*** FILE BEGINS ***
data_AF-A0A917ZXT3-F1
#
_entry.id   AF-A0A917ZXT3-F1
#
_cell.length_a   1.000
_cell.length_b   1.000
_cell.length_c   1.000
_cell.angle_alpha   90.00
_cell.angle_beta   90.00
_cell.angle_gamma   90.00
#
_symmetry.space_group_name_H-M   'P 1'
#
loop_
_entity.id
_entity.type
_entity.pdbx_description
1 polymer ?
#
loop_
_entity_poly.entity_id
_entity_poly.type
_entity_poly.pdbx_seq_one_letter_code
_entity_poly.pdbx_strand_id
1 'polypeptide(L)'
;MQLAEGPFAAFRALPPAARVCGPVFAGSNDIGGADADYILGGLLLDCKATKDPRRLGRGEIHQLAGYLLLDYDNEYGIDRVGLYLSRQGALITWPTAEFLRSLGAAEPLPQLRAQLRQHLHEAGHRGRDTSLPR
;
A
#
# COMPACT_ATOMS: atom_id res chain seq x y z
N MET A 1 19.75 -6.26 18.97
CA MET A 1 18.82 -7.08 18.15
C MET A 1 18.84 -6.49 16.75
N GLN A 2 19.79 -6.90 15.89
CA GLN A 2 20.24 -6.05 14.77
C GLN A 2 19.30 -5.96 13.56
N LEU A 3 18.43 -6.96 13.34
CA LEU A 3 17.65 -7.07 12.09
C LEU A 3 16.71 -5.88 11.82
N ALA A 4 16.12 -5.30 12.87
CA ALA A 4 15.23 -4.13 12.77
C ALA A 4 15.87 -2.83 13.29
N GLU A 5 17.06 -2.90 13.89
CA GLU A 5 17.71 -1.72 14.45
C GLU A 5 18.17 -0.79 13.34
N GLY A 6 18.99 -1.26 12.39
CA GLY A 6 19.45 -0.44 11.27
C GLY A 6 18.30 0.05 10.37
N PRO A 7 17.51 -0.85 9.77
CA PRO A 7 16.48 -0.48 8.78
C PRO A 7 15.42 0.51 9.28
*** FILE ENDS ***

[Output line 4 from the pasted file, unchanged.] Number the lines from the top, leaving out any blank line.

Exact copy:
#